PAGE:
Mars shines brilliantly in the sky this summer, and at the Rio Tinto Alcan Planetarium. To mark the opening of two new shows, A Day on Mars, and Asteroid: Mission Extreme, let’s explore some connections between the Red Planet and it’s wandering interplanetary neighbours.
It only takes a quick glance at Mars to realise that its history has been impacted, quite literally, by asteroids. Just a few decades of observation by orbiting probes has been enough to reveal the formation of new impact craters.
Scientists even predict that a twenty-kilometre object will strike Mars “soon”. And that object is Phobos, one of the two Martian moons. Phobos orbits Mars so quickly, the tidal forces it generates are accelerating the planet’s rotation. As a result of this transfer, the tiny moon is losing both energy and altitude, and it’s approaching Mars by 2 centimetres per year. That’s about how quickly fingernails grow. Not very fast, but it’s enough to send Phobos plunging into the Martian atmosphere within 50 million years. Of course, astronomers are used to talking in terms of billions of years, so “soon” is a relative description!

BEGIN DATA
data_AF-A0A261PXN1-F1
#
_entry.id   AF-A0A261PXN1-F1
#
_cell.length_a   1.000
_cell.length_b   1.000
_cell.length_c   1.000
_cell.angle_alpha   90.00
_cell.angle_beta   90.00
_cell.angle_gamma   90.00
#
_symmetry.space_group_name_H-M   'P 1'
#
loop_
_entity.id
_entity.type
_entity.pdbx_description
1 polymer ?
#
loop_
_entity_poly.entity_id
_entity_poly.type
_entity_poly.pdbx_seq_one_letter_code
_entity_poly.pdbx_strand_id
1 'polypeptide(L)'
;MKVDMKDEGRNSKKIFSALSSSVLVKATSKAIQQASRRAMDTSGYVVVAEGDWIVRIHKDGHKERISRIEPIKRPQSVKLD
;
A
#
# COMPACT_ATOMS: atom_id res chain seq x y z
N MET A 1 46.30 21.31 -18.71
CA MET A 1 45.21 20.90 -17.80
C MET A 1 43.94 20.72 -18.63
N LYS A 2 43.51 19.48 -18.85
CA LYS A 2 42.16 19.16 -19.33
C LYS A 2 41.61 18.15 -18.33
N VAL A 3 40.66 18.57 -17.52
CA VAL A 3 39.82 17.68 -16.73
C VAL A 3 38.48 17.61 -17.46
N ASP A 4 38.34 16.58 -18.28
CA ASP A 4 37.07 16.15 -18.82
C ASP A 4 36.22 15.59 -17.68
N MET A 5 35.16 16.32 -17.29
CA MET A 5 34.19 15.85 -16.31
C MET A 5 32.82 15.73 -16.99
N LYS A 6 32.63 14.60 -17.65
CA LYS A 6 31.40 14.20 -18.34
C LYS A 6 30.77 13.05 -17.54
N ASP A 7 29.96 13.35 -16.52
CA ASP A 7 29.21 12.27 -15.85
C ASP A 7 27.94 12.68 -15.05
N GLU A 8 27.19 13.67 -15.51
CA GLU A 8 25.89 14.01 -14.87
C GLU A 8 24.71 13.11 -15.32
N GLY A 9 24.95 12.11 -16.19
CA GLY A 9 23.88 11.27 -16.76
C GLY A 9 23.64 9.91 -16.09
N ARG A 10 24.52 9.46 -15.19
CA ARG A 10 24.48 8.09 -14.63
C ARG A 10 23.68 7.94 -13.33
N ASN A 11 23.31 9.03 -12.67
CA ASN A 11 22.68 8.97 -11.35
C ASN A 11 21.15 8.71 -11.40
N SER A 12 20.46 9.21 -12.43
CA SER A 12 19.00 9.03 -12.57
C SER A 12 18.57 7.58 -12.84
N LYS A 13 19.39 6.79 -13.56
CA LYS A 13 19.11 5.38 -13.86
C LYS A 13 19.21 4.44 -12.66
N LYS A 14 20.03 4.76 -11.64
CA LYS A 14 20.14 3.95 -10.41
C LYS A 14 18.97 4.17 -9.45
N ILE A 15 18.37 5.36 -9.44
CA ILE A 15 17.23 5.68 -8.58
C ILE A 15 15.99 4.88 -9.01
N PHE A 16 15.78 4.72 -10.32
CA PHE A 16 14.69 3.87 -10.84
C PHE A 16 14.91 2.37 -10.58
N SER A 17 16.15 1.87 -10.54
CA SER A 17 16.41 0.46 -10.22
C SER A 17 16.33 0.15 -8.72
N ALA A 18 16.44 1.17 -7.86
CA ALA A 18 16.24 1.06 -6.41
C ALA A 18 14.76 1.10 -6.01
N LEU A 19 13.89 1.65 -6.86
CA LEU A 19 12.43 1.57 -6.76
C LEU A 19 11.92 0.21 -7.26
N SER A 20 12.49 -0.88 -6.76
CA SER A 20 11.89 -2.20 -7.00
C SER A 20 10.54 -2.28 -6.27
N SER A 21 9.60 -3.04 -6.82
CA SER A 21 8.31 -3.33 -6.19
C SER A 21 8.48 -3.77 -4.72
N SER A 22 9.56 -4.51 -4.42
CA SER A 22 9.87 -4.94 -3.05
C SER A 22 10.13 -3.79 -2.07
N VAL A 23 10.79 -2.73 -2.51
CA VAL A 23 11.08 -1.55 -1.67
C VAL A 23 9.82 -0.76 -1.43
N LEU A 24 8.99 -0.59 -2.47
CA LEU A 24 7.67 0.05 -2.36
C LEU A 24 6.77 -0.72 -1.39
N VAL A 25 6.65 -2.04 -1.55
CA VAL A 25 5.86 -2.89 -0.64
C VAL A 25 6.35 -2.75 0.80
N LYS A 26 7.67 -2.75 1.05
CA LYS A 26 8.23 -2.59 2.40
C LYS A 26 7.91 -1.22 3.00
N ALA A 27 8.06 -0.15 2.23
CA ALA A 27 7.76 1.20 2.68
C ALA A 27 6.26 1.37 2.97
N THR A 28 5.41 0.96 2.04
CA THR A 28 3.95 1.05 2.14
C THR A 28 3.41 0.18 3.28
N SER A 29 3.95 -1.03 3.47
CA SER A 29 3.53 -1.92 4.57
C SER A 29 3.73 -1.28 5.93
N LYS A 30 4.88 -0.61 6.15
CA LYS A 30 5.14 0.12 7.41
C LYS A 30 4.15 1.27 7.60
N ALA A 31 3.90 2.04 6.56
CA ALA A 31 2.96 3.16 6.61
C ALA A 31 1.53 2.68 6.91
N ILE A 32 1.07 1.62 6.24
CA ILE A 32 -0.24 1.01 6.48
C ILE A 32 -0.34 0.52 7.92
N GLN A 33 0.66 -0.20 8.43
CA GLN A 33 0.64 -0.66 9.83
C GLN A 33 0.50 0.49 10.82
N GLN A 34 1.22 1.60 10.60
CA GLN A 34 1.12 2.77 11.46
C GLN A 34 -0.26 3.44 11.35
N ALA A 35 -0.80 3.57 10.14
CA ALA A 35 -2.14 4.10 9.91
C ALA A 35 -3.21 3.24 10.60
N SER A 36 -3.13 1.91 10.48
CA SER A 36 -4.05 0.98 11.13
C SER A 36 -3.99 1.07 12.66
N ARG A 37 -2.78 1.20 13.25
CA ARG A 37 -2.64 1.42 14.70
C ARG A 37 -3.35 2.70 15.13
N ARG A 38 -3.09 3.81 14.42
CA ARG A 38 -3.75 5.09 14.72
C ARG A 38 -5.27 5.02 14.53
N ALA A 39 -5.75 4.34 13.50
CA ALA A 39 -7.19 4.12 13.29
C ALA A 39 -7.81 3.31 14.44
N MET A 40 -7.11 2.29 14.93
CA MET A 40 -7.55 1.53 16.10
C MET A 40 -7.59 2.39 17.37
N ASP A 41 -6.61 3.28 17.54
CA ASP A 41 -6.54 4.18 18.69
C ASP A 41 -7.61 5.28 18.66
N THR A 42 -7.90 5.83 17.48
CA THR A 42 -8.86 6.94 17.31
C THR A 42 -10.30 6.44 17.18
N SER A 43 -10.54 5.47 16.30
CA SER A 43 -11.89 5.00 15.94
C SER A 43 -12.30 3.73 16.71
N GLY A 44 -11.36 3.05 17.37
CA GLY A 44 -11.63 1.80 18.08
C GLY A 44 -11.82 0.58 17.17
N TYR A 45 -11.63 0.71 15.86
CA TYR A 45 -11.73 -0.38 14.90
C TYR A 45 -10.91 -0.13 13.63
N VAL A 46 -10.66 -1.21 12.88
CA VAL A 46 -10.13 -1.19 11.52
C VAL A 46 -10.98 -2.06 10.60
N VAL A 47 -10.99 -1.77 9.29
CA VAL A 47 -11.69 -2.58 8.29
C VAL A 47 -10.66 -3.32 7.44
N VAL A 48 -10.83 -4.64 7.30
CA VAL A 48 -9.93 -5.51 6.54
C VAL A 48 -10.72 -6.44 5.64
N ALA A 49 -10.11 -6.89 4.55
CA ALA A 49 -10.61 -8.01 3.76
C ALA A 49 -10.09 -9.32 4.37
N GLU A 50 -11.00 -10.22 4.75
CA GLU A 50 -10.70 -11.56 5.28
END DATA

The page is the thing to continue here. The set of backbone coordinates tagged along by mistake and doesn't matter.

Up in the air
But will Mars then be impacted by an actual asteroid? The origin of the two Martian moons is still being debated. Three models compete: asteroid capture; formation in orbit; and agglomeration of impact debris. Observation of the surfaces of both moons tends to favour the first hypothesis: Their chemical composition is similar to certain asteroids that have been studied. However, their orbits are nearly circular and parallel to Mars’ equator, which supports agglomeration, either when the planet was forming, or following a major impact that ejected Martian debris into space.
The answer is on its way
Only by studying samples of the two moons are we likely to solve the mystery of their origin. Phobos-Grunt, a Russian mission with this objective, was launched in 2011 but a malfunction prevented it from leaving Earth orbit. Luckily though, debris fragments from celestial objects sometimes make their way here, without us having to go and collect them. While we wait for an actual piece of Phobos to fall from the sky, scientists, as well as visitors who view our meteorite collection, can examine rocks that originate from asteroids, the Moon and even Mars!